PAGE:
Banteay Meanchey provincial police chief Hun Hean said Cambodian migrants passing through the popular border crossing at Poipet had never been discovered carrying weaponry or explosives into Thailand.

“They only carry agricultural equipment when they go into Thailand,” he said.

Thai Ministry of Foreign Affairs deputy spokesman Thani Thongphakdi said Sunday that officials in Bangkok had yet to receive a full report on the incident.

“We have to verify that ... with the agencies concerned,” he said.

Also on Sunday, Koy Kuong said Cambodian consular officials were in the process of identifying witnesses and helping to prepare the defence of 27-year-old San Mony Phet, a Cambodian man who was arrested in Bangkok earlier this month on suspicion of involvement in an arson attack committed by antigovernment Red Shirt protesters.

“We have already prepared the lawyer and identified key witnesses to defend [San Mony Phet] in case he appears in court, but so far we have not received any information from Thai authorities about whether he will face charges or whether the case will be solved informally,” Koy Kuong said.

San Mony Phet remained in police custody as of Sunday, Koy Kuong added.

The Battambang native, who had worked legally in Thailand for five years and is married to a Thai woman, was reportedly arrested outside the beverage shop in Bangkok at which he worked during the violent protests in the Thai capital that claimed at least 88 lives and injured around 1,900.

Fugitive former Thai prime minister Thaksin Shinawatra, who has made several high-profile visits to Cambodia since being appointed a government economic adviser last year, is wanted on terrorism charges in connection with the protests after a warrant for his arrest was issued in Bangkok last week. Reuters and other news outlets have reported that the warrant accuses Thaksin of organising the smuggling of weaponry across the border from Cambodia into Thailand, though Thani said Sunday that such accounts were unsubstantiated.

“There were reports that a neighbouring country was involved, but as far as the Thai government is concerned, we have found no evidence of that, and the government does not think that was the case,” Thani said.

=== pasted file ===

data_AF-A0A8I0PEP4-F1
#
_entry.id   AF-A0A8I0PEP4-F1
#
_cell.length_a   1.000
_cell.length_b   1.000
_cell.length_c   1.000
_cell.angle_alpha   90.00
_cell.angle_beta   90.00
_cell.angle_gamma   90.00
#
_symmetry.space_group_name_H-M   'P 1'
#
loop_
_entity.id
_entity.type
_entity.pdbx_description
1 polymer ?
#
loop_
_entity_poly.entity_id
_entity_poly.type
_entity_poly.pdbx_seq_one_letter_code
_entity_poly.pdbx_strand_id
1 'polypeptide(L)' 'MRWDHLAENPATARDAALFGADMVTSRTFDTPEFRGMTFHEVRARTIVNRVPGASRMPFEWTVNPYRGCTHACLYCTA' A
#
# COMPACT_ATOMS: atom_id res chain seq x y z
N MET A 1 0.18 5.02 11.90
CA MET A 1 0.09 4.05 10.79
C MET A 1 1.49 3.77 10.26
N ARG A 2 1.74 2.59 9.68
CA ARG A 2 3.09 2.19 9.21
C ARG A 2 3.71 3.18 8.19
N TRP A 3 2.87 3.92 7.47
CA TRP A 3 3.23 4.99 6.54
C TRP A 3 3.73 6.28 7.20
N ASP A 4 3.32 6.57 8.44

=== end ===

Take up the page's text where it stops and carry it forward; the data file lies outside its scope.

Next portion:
Koy Kuong said Sunday that if Thaksin expresses a desire to return to Cambodia, “the Cambodian government will consider about his plan”. The terrorism charges, he added, are an “internal affair of Thailand”.


A $30,000 job for sale in Cambodia

You're fired! Well, you didn't get job

May 31 2010

Phnom Penh (DPA)- A Cambodian official who said he paid $30,000 to secure a government post has sued after the job failed to materialise, national media reported on Monday.

Municipal court prosecutor Hing Bunchea said Tea Kimhong was charged with fraud for offering the position to Heng Heam, who works at the military court.

"Heng Heam was apparently offering money for any job as a civil official," Hing Bunchea told the Cambodia Daily newspaper.

The accused told the court he had received only $27 000, the prosecutor said.

Local media reported that the job sought was a deputy provincial governorship.

Although bribery is an offence, the prosecutor said Heng Heam would not be prosecuted since the court accepted he was innocent and believed the money would be used as a "contribution" to an unspecified ministry construction project.

A spokesman for the Ministry of Interior said Tea Kimhong had worked as an assistant to the minister, adding that he was fired for misconduct before the alleged offence took place in 2008.

Cambodia is regarded as one of the most corrupt countries in the world.